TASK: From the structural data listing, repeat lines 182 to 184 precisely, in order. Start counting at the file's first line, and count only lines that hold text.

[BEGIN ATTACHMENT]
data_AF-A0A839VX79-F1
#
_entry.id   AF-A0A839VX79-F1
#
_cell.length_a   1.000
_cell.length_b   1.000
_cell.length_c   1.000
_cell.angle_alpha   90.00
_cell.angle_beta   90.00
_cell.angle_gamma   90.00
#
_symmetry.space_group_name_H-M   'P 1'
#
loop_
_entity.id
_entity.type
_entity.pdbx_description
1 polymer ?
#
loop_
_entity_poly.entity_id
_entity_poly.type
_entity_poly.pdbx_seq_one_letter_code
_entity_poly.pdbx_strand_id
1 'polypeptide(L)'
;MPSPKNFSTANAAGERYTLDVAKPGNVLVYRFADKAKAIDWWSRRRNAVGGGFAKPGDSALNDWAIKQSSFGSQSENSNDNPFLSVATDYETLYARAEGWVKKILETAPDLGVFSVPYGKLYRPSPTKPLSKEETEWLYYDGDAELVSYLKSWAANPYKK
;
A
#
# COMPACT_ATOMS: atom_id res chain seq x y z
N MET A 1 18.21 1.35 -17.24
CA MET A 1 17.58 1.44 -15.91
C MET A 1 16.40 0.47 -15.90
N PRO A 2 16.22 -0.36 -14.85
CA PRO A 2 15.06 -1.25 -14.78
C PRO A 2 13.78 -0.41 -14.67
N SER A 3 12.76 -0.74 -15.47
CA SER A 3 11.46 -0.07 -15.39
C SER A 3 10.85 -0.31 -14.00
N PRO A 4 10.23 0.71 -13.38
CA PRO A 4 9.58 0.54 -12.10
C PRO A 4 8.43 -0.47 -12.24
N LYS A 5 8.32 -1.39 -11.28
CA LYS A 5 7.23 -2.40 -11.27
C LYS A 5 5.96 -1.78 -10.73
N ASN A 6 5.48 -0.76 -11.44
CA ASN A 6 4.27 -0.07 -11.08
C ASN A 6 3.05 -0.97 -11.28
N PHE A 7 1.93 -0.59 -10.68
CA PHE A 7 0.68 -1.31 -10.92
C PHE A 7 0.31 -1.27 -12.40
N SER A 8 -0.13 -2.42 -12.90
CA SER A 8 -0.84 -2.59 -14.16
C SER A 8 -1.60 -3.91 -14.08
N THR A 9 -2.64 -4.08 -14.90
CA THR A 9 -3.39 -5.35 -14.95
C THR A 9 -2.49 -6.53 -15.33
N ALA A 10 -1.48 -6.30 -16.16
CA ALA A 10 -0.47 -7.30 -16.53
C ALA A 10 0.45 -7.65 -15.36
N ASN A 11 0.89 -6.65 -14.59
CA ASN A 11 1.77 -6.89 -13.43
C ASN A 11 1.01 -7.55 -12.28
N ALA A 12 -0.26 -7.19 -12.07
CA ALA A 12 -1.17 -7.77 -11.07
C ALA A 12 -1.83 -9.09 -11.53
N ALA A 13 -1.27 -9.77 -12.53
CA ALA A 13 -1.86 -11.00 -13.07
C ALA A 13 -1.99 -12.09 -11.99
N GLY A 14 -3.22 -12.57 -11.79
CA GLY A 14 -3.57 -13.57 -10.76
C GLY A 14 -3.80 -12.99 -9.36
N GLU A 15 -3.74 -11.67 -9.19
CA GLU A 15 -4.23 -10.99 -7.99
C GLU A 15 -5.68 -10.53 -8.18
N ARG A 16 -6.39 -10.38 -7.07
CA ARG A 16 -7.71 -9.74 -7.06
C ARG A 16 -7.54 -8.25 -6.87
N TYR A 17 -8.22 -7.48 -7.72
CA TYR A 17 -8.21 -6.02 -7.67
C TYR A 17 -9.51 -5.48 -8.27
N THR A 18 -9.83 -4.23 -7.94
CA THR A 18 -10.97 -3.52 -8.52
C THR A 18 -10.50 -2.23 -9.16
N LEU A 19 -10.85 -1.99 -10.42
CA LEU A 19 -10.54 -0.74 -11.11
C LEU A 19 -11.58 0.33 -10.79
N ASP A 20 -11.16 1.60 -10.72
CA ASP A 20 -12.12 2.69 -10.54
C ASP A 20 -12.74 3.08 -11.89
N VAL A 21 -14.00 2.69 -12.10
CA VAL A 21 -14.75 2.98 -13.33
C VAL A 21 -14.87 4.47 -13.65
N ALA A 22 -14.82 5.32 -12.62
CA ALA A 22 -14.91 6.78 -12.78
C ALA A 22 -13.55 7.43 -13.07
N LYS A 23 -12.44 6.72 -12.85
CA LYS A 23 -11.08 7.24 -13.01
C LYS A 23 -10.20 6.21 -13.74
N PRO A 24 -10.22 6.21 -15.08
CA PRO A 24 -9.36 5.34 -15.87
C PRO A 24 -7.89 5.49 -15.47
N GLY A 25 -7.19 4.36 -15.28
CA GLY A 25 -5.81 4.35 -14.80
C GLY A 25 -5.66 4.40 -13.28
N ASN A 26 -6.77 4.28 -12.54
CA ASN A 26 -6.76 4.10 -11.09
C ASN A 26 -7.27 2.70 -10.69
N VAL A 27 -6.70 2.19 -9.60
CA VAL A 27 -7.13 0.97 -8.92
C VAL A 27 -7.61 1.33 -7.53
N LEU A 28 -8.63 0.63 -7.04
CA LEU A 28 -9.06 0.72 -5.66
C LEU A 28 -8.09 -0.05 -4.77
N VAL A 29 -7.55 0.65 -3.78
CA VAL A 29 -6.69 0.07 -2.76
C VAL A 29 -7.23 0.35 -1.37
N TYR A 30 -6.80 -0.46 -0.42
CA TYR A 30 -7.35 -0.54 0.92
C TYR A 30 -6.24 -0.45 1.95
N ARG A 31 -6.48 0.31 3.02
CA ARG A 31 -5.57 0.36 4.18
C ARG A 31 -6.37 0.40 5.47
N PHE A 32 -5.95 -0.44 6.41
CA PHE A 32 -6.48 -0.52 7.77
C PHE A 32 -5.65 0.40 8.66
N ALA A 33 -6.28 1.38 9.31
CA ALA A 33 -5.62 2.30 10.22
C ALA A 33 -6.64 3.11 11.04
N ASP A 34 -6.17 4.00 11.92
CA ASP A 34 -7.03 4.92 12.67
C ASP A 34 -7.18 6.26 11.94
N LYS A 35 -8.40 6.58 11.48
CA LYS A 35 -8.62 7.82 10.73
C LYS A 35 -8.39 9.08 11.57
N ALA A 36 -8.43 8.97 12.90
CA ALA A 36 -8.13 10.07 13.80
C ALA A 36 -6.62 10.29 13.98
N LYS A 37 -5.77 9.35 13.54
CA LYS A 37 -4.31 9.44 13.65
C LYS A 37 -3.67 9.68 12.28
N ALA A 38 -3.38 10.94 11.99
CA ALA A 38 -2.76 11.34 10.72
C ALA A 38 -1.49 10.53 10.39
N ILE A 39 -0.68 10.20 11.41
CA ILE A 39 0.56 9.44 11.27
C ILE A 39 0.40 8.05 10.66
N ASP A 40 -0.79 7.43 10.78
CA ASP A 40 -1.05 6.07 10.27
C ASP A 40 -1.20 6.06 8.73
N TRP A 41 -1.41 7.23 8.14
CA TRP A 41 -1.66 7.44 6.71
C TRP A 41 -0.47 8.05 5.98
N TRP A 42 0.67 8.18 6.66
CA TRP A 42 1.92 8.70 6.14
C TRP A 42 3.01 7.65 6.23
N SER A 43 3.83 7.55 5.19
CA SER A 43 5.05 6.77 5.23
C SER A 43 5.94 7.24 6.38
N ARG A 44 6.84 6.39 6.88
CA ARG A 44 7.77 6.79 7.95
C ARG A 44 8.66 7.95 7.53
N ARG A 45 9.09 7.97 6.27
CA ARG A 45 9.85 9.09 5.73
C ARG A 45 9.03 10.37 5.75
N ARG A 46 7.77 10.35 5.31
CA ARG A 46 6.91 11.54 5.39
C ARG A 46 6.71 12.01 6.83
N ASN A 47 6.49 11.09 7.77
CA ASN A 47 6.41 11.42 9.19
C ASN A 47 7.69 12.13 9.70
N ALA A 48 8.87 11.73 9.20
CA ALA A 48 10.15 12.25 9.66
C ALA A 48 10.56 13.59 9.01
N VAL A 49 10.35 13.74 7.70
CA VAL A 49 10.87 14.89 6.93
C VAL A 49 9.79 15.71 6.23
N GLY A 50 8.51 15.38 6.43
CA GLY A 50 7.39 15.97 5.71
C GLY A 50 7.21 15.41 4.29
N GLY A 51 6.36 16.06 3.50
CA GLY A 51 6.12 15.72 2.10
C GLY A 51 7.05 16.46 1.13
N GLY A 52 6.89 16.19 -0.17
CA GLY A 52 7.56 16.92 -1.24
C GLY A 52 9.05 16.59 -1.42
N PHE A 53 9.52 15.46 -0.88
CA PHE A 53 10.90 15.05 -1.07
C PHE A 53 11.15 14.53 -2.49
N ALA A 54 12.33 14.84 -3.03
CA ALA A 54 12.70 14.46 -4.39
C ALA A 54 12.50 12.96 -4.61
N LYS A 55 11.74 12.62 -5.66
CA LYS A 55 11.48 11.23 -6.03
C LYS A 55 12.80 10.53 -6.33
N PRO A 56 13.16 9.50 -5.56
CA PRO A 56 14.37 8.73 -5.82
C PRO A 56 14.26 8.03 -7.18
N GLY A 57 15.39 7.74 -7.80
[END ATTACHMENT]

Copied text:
CA GLY A 51 6.12 15.72 2.10
C GLY A 51 7.05 16.46 1.13
N GLY A 52 6.89 16.19 -0.17